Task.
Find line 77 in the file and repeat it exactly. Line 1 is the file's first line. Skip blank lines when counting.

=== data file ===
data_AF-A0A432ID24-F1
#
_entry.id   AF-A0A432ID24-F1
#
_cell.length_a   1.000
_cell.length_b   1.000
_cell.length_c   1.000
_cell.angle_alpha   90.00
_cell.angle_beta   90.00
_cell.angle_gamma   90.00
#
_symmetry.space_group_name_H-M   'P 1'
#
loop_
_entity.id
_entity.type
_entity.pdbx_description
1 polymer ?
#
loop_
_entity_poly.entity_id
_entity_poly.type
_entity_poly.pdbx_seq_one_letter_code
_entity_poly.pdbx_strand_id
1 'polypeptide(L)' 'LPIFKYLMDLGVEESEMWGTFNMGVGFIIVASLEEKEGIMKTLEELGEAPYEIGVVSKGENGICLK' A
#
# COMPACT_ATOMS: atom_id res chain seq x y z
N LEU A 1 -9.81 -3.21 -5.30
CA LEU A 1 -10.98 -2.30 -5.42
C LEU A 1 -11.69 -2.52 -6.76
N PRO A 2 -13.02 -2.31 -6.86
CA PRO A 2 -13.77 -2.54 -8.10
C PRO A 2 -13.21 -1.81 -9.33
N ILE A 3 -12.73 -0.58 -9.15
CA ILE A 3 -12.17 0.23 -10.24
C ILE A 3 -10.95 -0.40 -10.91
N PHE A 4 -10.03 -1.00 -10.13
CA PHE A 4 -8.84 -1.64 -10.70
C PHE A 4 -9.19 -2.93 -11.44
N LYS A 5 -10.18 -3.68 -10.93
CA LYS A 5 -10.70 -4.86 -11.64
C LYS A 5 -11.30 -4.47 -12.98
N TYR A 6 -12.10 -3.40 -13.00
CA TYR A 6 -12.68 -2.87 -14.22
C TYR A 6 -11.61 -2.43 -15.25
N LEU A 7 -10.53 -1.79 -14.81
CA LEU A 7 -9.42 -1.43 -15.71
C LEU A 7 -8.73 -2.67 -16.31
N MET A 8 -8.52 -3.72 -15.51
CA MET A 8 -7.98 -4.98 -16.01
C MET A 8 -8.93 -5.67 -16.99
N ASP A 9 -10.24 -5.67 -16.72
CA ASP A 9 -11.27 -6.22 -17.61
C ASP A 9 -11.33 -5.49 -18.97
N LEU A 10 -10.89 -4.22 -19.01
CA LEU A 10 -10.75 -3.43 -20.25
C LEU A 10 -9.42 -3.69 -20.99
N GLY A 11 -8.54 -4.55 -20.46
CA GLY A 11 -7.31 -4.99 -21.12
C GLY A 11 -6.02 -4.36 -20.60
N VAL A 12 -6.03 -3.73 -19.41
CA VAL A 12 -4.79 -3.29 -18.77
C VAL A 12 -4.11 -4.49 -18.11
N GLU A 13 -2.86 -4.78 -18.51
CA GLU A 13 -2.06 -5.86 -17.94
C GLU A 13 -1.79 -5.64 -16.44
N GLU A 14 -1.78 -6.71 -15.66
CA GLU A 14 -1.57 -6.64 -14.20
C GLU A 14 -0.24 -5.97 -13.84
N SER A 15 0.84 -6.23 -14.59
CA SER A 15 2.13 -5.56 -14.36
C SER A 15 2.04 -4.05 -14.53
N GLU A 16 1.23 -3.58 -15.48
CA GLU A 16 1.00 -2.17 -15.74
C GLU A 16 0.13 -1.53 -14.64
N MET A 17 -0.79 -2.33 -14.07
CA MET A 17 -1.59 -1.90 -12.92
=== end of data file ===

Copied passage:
CA MET A 17 -1.59 -1.90 -12.92